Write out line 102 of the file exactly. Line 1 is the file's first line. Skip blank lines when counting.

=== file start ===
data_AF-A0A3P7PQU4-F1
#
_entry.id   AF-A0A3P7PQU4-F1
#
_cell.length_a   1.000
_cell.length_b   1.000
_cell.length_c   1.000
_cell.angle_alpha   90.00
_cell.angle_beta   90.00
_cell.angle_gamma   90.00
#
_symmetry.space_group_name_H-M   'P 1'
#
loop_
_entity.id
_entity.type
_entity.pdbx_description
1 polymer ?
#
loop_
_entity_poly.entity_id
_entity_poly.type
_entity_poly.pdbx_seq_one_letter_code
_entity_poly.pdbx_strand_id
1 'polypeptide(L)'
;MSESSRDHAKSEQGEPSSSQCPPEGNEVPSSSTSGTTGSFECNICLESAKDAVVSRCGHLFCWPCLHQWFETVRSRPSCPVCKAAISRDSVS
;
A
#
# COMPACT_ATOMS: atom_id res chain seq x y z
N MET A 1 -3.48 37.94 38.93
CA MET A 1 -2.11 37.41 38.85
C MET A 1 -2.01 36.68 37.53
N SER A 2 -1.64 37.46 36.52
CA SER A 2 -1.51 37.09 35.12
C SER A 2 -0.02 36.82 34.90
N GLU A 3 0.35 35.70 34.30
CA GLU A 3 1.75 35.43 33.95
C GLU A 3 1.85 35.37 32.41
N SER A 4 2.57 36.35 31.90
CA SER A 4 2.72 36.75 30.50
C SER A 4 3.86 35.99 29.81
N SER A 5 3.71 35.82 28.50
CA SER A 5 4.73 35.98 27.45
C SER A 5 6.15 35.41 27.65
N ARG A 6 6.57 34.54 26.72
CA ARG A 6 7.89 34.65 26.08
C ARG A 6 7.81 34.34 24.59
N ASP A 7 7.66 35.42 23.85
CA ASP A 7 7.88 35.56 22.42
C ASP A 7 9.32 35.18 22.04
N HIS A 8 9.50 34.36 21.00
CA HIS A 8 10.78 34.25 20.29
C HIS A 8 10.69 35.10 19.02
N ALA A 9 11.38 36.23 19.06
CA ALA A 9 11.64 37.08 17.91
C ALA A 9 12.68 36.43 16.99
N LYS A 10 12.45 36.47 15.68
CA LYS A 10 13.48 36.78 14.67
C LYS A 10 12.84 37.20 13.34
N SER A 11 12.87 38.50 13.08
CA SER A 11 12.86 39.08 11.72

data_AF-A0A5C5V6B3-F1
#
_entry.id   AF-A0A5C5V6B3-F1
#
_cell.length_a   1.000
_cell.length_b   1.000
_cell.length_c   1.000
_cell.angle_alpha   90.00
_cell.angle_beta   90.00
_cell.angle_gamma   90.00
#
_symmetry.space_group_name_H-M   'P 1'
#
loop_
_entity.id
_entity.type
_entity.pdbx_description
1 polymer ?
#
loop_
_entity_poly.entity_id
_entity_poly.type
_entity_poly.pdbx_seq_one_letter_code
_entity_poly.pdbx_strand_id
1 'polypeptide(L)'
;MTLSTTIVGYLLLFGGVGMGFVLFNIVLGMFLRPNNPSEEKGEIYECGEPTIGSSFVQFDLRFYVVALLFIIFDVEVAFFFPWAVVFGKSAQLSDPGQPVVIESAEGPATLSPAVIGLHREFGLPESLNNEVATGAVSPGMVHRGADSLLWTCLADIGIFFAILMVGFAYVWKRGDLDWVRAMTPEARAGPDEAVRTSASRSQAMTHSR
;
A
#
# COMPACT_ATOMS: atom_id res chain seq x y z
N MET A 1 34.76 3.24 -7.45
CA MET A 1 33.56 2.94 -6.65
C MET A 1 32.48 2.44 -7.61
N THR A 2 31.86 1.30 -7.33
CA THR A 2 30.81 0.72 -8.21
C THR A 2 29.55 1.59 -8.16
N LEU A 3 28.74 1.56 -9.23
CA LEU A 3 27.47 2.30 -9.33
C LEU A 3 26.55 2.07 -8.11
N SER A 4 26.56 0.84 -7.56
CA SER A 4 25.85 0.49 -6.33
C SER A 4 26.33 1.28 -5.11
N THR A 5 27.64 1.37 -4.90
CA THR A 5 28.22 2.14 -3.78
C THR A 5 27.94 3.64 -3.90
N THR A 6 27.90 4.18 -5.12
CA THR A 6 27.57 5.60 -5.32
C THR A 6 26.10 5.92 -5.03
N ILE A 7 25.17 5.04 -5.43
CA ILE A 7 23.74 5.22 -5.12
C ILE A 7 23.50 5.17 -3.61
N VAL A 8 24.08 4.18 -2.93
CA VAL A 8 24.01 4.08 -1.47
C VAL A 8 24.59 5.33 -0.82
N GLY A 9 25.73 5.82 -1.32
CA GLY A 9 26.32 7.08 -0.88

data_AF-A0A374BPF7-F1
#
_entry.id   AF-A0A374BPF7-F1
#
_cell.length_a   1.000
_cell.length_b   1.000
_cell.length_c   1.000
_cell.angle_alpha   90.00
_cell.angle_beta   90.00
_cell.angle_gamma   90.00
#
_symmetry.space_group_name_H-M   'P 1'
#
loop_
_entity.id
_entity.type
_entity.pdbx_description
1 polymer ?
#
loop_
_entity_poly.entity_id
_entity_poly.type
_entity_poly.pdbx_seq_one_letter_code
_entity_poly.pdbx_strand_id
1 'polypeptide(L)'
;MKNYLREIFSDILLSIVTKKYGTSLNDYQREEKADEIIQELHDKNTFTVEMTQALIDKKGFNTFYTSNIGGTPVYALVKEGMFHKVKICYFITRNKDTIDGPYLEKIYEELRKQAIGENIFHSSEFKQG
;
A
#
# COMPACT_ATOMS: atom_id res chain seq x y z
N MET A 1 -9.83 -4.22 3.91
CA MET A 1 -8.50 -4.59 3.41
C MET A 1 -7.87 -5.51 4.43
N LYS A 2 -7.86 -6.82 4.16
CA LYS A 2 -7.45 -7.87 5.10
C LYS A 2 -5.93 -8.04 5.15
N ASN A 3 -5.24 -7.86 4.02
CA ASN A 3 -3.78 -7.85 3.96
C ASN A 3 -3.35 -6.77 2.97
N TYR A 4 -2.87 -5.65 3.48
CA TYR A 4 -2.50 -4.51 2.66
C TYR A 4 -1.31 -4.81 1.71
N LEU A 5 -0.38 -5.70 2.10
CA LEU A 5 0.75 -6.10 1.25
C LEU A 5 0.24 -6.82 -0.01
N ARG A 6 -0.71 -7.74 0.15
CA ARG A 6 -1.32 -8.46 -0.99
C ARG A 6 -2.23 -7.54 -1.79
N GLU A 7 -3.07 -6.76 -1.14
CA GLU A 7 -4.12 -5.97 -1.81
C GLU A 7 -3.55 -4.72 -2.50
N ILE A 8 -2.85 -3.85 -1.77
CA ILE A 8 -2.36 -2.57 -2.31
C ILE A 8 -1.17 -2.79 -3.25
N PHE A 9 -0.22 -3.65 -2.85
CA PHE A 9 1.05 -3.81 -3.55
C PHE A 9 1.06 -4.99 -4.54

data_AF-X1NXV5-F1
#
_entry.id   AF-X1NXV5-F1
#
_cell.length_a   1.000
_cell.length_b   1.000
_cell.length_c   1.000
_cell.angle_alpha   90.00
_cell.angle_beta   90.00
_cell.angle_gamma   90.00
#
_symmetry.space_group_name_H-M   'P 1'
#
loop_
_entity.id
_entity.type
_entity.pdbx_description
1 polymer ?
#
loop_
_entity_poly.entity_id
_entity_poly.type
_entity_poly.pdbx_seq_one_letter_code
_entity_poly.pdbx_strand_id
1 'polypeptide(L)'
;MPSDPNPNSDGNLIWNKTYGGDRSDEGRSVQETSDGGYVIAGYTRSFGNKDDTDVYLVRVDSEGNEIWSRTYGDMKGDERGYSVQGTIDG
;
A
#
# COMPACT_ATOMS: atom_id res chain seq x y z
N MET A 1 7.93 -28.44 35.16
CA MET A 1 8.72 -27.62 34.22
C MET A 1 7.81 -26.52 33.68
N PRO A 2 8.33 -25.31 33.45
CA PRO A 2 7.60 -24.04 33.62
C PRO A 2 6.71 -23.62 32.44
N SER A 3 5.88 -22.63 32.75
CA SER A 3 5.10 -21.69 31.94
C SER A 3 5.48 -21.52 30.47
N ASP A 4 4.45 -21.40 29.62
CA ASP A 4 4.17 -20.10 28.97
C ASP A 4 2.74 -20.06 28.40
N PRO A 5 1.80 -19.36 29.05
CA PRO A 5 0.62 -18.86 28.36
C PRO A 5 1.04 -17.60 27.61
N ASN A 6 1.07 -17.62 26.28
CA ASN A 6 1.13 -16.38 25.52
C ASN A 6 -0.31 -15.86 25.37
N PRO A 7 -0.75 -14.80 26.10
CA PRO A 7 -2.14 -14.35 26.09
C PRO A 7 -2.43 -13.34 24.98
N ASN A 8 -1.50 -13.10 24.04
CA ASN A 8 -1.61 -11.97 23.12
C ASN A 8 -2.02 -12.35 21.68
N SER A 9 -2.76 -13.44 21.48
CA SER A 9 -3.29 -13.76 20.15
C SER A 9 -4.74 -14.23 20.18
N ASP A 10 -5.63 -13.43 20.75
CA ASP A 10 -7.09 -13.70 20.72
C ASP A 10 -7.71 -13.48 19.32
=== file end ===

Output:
N SER A 4 26.56 0.84 -7.56